The sense amplifiers, logic array and X, Y and Z decodes are of conventional design and need not be described in detail.
As an example of decoding a particular FET memory cell output, refer to FIG. 8 and assume that the channel width of FET 111 in array 90 is w3. That is, the width of the channel of FET 111 is selected to provide an output V3 =2/3V4, which corresponds to bit combination 10, Table I. Upon application of Vrow to row X1 as described above, this output V3 is generated on line Y1 and is applied via Y decode 94 to one of the input terminals 95, 96, 97 of each sense amplifier. Referring further to FIG. 8 and also to FIG. 10, V3 is greater than the reference voltages V12 and V23 which are applied to sense amplifiers SA12 and SA23, respectively, but smaller than the reference voltage V34 applied to sense amplifier SA34. Accordingly, SA12 and SA23, but not SA34, are turned on by V3 and their collective outputs drive logic array 104 to generate the two bits 10.
As another example, if the channel width of FET 111 had been w2 (w2 is tailored to provide output V2 =1/3V4), only sense amplifier SA12 would be turned on by the output, and this single output would drive logic array 104 to generate the bits 01 associated with output V2.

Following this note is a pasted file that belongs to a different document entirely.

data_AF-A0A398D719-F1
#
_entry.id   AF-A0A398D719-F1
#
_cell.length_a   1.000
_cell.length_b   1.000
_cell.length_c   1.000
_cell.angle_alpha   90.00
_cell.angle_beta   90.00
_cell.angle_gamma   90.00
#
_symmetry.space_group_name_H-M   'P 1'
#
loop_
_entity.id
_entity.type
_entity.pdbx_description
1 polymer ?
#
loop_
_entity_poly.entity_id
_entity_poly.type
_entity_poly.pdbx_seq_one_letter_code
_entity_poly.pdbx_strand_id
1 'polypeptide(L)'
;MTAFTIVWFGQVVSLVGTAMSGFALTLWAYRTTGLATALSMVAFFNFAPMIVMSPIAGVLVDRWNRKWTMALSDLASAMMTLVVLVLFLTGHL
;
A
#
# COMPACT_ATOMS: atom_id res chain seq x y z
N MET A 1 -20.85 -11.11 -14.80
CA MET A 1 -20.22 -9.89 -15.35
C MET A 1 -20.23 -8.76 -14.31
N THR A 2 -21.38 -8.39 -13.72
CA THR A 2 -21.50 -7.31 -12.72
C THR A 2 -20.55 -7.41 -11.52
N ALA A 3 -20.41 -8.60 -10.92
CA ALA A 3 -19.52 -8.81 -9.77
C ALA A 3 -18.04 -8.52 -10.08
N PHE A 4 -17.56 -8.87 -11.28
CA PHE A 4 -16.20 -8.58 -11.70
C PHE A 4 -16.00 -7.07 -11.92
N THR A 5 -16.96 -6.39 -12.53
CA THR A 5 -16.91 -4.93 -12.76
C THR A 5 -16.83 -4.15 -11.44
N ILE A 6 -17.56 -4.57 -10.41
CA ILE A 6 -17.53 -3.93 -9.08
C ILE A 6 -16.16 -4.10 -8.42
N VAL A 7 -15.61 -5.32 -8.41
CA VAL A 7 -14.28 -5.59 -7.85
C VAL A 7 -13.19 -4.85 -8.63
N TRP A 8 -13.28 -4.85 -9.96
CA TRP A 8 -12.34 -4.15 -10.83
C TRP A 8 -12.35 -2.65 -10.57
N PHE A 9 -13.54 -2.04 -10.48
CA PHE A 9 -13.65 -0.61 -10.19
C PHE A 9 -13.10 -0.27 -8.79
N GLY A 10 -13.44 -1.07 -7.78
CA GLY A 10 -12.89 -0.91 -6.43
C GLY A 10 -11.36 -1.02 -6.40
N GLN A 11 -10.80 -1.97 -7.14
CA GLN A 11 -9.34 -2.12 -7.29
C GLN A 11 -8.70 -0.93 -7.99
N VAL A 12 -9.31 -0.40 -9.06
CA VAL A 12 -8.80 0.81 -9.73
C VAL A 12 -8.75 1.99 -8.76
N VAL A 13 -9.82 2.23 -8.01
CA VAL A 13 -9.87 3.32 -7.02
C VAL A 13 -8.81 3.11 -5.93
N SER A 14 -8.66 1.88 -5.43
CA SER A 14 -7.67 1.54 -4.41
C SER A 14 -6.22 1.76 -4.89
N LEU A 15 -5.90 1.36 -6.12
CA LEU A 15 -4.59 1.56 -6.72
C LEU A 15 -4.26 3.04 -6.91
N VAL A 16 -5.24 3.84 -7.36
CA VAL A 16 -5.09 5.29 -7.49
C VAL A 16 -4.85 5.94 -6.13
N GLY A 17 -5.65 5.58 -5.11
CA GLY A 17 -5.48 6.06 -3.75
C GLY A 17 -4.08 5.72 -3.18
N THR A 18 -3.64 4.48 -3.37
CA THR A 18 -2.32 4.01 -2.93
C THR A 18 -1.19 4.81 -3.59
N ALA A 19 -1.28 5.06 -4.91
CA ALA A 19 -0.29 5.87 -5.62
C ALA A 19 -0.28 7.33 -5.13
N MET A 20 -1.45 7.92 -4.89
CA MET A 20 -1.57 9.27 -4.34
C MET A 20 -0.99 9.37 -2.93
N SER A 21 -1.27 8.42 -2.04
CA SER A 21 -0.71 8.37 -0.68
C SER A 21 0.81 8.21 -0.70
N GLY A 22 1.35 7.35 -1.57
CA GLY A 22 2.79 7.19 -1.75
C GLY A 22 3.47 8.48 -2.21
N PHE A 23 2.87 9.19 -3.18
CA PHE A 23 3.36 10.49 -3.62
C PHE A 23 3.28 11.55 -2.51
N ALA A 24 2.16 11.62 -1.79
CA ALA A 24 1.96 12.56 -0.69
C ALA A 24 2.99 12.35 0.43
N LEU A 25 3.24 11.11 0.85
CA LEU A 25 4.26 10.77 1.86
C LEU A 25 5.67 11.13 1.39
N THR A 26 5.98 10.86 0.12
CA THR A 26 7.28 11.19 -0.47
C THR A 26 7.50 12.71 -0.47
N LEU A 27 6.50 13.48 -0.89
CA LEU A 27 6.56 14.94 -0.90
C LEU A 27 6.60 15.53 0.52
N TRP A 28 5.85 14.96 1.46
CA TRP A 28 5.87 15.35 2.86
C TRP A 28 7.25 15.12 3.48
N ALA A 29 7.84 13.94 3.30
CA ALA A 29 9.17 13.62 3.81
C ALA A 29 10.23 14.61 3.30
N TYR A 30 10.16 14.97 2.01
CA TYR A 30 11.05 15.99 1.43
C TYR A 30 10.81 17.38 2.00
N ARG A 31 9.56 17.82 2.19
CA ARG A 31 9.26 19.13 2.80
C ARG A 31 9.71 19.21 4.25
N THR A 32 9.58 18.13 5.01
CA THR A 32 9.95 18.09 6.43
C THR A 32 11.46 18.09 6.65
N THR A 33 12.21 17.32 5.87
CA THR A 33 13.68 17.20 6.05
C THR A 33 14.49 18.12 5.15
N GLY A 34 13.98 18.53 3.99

An NCR standard PDISG (p-channel dielectrically insulated silicon gate) ROM cell utilizes a cell size of 15 microns×23 microns (345 square microns) and provides a storage density of about 290,000 bits per square centimeter, excluding control circuitry. For this standard cell size, a two bit per cell, PDISG ROM array 90 provides storage of about 580,000 bits per square centimeter, excluding control circuitry. A maximum physical channel width w4 =7.5 microns is used. This dimension is an example only, for greater or lesser widths are available at the option of the circuit designer.
Thus, there has been described an FET read only memory cell capable of storing more than one bit per cell, alternative arrangements for storing various numbers of binary bits, and an example of a memory array which utilizes the memory cell concept. It will be appreciated that other memory arrays will be readily devised by those skilled in the art.
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|U.S. Classification||365/104, 365/45, 257/E27.102|
|International Classification||H01L27/112, G11C17/12, G11C17/00, G11C11/56|
|Cooperative Classification||G11C17/12, G11C11/5692, H01L27/112, G11C11/56, G11C7/1006|
|European Classification||G11C17/12, G11C11/56, G11C11/56R, H01L27/112|
|Nov 20, 1984||DI||Adverse decision in interference|
Effective date: 19840727